Steelers' draft pick Woodley hits the field
On his initial drive to Pittsburgh, one of the hardest players to block in college football last season nearly got stopped in his tracks ... by a toll collector.
Fortunately for LaMarr Woodley, he had accumulated enough change that when told "cash or check" after trying to pay for tolls in Ohio and Pennsylvania with a debit card, the former Michigan All-American was able to scrounge up enough money to pass through them.
And to think getting from Saginaw, Mich., to Pittsburgh turned out to be easier than getting onto the field.
The hamstring that caused Woodley to miss most of the team's recent mini-camp, however, has healed to the point that the Steelers' second-round draft pick smiled broadly Tuesday and proclaimed he is "good to go."
His teammate, first-round draft pick Lawrence Timmons (groin), didn't do much in the first of the 14 OTA (Organized Team Activity) practices that the Steelers will hold through the middle of June. But Woodley got plenty of work and proved to himself that, even though he was hurt, he did more than just stand around during the mini-camp practices held May 11-13.
"When I got a chance to come out here today, I was a little smarter than I was when I came out here a week ago," Woodley said.
The Steelers will need Woodley to keep getting smarter through OTAs and beyond because his learning curve is especially steep. The Steelers drafted the defensive end with the intention of moving him to outside linebacker.
Woodley played the position as a sophomore at Michigan, but he spent most of his time running forward, as in chasing the quarterback, and very little of it backpedaling, as in dropping back into coverage.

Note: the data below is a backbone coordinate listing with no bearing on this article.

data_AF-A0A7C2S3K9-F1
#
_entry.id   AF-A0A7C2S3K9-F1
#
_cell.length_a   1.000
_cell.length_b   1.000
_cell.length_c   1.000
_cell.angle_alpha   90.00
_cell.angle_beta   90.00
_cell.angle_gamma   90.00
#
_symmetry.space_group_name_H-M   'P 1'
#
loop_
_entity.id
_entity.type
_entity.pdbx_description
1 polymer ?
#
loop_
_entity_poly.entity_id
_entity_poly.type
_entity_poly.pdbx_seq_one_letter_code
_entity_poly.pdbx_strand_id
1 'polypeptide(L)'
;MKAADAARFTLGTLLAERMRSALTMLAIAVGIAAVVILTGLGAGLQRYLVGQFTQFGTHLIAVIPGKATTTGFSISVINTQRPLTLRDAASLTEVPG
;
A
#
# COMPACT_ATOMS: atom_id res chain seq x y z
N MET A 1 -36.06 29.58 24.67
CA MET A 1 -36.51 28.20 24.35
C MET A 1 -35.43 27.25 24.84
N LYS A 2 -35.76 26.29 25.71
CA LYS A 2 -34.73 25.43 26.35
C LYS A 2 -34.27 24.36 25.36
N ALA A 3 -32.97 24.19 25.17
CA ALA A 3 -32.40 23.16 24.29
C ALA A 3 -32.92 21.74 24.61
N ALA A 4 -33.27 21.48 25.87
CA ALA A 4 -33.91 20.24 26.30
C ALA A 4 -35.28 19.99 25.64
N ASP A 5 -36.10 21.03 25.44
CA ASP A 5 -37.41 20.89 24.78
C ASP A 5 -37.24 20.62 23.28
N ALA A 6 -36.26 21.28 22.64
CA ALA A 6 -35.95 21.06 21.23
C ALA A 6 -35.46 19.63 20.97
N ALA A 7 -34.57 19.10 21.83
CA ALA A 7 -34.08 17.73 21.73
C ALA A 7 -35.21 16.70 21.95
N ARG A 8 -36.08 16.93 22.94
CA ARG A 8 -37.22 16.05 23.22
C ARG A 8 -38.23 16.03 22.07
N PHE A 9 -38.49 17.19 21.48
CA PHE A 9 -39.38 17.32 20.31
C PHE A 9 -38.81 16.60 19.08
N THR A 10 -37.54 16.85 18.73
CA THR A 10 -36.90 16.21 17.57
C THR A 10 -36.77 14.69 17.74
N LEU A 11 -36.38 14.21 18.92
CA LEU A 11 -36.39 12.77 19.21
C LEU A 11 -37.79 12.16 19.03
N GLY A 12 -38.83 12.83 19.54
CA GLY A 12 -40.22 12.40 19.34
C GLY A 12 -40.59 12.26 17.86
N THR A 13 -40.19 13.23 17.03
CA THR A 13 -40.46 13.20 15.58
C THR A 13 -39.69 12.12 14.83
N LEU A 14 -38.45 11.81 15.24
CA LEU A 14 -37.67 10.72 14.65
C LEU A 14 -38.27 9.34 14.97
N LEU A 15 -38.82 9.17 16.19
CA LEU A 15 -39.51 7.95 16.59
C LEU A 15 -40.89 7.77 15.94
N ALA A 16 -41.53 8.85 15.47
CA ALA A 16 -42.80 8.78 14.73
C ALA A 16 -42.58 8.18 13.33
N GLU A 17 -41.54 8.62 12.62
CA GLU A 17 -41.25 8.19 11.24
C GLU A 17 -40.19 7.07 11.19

He figures to do some of both at his new position and probably will line up as an end at times because the Steelers seem intent on showing multiple looks on defense.
"I'm adjusting to linebacker right now," Woodley said. "I know I can go in there and play defensive end."
He proved as much last season when he racked up 16 1/2 tackles for losses and 12 sacks on the way to winning the Lombardi Award, which is given to the top lineman in college football.
The Steelers are confident Woodley can handle more than just a change of positions. He has been assigned No. 55, which had been worn for the better part of the last decade by Joey Porter, who is fourth on the Steelers' all-time sacks list.
"I can't worry about who had it on before me. All I can be is me," Woodley said. "I'm just going to go out there and play my game."
What makes that tough for any rookie to do is the system overload to which they are subjected at this level.
"When you know what you're doing, the play slows down for you," second-year wide receiver Santonio Holmes said. "When you don't know what you're doing, it speeds up everything and you're out there lost."
Just getting on the practice field yesterday was a positive for the 6-foot-2, 265-pound Woodley, who is gradually losing weight with the hopes of getting to 255 or 260 pounds.
His learning also hasn't been confined to the football field.
When he was ready to return to Pittsburgh for OTAs, Woodley made sure he didn't have to rely on spare change to get him through the toll booths along the way.
"I got my money this time," he said.